If you look at the assignment list, which is by NXX, they're almost all assigned to Verizon Wireless and Cingular/AT&T, and the first chunk of 533 is to Cingular. I presume they wouldn't be asking for more if they couldn't show NANPA that they were in use, but I've never seen a 500 number in use, either.
I don't know what these numbers are used for today. I've never seen a phone company marketing the service.
It was my understanding that 500 was a non-geographical area code that was originally internal to a long distance provider. A subscriber had this number pointed to a particular phone, that could be anywhere in the country.
To call the subscriber, one had to know what long distance company he subscribed to if the PIC had to be dialed. One wouldn't know how the call was distance rated in advance as it was based on the location of the terminating number, which wouldn't be known to the caller. I assume if the subscriber and the caller were both subscribed to the same long distance provider that the calls were charged at the caller's long distance rates, but if the caller was forced to use casual calling rates, the call would be absurdly expensive.
At some point, this was changed to an entirely different type of service. I have no idea what it is today, or how to subscribe to it, or why I would want to subscribe to it. And I'm totally mystified as to how a service that no one uses managed to run out of prefixes.
No, that's 700 numbers. The idea of 500 numbers was that they were intended for personal follow-me service and the like, charged to the caller.
Since you can't predict how much a 500 number will cost, not unlike a 900 number, I figured they would fail. From the little I can see on Google, I get the impression that the 500 numbers in use don't cost anything to the caller.
The number of Google "hits" is reasonably large. Here's one reasonably good explanation of "500" from :
Personal Communications Services (a.k.a. "the Other PCS") in this context refers not to cellular telephones, but rather to so-called "follow-me" numbers. The idea was to have a single number, say (500)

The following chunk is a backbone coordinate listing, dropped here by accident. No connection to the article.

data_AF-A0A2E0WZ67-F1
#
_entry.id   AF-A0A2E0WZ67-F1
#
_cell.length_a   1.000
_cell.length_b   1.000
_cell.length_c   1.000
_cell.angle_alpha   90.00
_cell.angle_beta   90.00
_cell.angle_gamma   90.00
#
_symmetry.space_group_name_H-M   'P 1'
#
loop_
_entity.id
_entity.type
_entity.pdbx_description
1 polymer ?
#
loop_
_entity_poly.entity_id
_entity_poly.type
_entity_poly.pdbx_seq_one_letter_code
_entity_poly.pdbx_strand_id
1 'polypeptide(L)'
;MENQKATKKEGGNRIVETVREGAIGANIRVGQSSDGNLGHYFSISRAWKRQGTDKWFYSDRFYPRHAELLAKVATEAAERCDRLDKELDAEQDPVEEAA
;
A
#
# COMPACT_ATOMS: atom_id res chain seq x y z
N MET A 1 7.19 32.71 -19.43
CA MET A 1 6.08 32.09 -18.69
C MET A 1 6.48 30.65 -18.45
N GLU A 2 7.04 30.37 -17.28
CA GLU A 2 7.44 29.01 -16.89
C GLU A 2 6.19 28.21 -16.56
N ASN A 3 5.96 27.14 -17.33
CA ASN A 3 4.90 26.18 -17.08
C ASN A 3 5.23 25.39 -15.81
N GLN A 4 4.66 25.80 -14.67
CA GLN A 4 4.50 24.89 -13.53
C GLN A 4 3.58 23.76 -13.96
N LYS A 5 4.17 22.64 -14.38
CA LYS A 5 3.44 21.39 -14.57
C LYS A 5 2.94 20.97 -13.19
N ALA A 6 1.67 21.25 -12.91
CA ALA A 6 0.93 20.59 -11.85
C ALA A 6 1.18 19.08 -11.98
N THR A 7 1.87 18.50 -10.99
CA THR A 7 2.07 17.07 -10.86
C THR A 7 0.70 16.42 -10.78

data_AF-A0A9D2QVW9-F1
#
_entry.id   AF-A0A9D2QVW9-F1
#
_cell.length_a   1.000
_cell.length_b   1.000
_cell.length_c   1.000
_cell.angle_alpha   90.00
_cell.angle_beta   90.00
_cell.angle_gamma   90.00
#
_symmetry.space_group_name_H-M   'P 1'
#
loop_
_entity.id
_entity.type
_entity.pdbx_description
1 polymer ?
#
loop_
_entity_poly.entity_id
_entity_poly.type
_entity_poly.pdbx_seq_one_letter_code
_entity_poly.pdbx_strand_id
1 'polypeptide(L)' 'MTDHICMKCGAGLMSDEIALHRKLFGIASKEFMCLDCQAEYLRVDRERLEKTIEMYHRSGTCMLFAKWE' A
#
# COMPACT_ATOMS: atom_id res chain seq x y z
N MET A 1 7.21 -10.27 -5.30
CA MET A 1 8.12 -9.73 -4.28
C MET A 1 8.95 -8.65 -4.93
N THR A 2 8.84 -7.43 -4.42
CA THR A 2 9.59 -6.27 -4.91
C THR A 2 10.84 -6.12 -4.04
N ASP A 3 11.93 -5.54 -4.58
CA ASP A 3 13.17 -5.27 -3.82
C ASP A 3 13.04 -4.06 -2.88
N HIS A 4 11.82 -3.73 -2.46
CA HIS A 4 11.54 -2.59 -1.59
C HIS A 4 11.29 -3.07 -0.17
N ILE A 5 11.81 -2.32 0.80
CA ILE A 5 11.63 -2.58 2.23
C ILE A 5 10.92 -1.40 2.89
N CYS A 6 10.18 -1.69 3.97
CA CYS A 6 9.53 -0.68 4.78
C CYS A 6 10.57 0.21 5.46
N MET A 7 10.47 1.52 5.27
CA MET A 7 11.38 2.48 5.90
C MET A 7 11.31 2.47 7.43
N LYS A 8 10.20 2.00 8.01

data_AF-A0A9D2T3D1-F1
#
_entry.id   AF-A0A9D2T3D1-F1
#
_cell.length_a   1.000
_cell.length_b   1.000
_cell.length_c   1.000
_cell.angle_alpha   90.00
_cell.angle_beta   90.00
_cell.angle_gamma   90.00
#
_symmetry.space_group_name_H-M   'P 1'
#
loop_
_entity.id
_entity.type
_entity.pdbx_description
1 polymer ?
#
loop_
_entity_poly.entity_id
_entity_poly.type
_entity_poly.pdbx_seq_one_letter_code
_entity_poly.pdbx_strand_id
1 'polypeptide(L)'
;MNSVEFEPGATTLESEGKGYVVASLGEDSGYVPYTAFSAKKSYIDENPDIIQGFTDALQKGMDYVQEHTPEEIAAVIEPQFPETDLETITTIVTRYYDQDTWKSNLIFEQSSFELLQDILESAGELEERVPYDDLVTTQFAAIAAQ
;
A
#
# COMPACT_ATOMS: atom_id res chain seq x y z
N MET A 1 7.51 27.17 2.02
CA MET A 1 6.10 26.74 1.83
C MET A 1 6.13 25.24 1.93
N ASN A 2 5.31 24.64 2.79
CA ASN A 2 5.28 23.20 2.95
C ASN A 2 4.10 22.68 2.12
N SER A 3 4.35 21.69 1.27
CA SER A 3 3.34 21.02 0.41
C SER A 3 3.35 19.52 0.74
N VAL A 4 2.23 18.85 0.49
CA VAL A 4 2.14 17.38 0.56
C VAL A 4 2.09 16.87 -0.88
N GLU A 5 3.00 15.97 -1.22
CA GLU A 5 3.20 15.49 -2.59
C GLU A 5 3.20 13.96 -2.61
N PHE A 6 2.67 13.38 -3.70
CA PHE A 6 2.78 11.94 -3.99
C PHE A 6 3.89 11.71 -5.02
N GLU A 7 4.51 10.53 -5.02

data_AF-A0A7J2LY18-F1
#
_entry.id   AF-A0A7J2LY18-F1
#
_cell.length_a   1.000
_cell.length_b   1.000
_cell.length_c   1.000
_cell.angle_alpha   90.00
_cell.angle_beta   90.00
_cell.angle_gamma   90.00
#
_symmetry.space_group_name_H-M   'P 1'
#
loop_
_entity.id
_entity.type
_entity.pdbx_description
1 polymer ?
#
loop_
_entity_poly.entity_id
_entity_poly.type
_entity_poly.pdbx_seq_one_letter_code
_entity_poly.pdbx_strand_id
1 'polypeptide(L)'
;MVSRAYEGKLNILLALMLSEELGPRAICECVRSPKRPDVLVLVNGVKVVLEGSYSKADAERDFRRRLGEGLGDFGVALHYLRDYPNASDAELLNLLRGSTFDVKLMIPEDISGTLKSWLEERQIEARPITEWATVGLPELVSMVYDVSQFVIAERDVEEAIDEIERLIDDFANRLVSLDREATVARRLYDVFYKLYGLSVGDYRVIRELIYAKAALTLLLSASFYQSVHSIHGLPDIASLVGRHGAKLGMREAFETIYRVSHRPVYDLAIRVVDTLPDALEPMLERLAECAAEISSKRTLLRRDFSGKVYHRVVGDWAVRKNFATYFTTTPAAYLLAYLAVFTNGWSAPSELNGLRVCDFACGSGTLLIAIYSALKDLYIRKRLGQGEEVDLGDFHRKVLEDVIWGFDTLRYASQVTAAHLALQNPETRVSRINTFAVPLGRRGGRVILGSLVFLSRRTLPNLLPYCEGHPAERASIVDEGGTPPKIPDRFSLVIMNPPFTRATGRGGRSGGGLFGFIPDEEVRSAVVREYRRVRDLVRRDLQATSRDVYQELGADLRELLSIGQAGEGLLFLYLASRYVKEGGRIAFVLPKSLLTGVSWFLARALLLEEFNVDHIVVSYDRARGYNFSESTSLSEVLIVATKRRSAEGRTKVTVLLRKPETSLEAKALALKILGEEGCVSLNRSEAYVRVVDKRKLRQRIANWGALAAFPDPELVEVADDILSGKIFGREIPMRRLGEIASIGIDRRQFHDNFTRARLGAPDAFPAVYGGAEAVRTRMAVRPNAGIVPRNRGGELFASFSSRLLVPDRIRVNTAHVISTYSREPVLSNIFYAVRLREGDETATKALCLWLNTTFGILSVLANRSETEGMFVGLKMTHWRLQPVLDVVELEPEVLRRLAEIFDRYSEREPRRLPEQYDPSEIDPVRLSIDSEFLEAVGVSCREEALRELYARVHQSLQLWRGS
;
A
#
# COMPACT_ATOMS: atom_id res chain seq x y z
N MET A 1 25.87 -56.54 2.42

123-4567, that you could program to ring your home phone from 6 to 10 p.m., go directly to voicemail at night, and ring your desk at work during the day. The number could also have some sort of response menu, along the lines of "press 1 for voicemail, 2 for fax, 3 for cellphone." Some implementations also allowed the same 500 number to be used for caller-pays or called-party-pays: dialing 1-500-xxx-xxxx, the caller would pay the cost of the call, but dialing 0-500-xxx-xxxx, the caller could enter a 4-digit PIN to charge the call to the owner of the number. However, in spite of some attempts to keep telesleaze out of the 500 number space, some unscrupulous operators exploited a feature that allowed 500 numbers to forward internationally, with the additional charge borne by the caller with only a "press 1 to accept" warning, if that.
The 533 code was assigned as an expansion of 500, although no one is quite sure why it was assigned, since demand for 500 numbers has been steadily decreasing. The assignment was subsequently withdrawn. As of
2008-05-23, NANPA projects activating 533 in the second half of 2009; however, 533 has been "within 6 to 18 months" for several years now. Bottom line: I'll believe it when I see it. In particular, as of
2008-01-01, there were 79 available (533) prefixes to be assigned. In the first 5 months of 2008, 43 of those were handed out; however, 171 other (533) prefixes were returned or reclaimed, leaving 207 available for assignment. That's not a very intimidating demand curve from where I sit.
History indicates that when the FCC was first considering "Cellular" services (back in the 1970's), they discounted the European plan already in effect which assigned specific AC's (NPA's) to their burgeoning Cellular service so that all NXX's (exchanges) in these NPA's would only be for cell phones.
Of course as we all know, instead the FCC only allowed the early cellular service supplier's to use NXX's in the already issued (land-line) NPA covering their specific initial service area(s) which were the largest MSA's (starting with number 1 and licensing each successive MSA) until all had two carriers.
Of course we all know now that the FCC had no idea how large this service would grow and that they would have to put together new NPA plans with over-lays, etc. to ultimately cover the demand for telephone numbers in each NPA area until where we find ourselves today. Had they had a crystal ball they might have better chosen the European plan with special NPA (just like this new FCC release of AC
533) for this growing service.
So, perhaps, the FCC has finally "seen the light" and is now issuing special NPA's for mobile (cellular) services.
As a side to this, the FCC just recently indicated that they might want to take back some of the TV spectrum already reissued for public services as the world is going more wireless-ly every day. Perhaps they do now finally see that wireless is here to stay (after all more and more consumer's are dropping their land-lines every day for the mobile "leash"!) and are finally scrambling to cover the future needs for (these) services.